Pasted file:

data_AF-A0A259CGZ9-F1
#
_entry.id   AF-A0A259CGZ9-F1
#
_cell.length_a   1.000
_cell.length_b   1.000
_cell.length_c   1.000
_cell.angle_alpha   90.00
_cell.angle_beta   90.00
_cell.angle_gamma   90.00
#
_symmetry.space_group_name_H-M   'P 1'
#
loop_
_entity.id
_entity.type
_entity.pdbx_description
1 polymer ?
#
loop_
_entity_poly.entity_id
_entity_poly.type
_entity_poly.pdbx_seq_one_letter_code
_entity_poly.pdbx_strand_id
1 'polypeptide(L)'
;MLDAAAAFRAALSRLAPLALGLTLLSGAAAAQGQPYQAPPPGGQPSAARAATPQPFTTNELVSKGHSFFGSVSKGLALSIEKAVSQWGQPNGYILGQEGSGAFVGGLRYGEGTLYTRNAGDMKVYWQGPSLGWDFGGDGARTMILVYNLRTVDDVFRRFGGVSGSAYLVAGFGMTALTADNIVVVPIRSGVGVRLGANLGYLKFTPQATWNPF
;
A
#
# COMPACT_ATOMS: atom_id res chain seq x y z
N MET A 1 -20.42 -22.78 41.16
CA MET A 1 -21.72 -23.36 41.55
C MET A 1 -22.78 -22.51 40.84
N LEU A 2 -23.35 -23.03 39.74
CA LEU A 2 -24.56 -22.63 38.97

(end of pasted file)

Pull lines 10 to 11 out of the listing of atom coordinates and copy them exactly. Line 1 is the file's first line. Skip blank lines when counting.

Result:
_cell.angle_gamma   90.00
#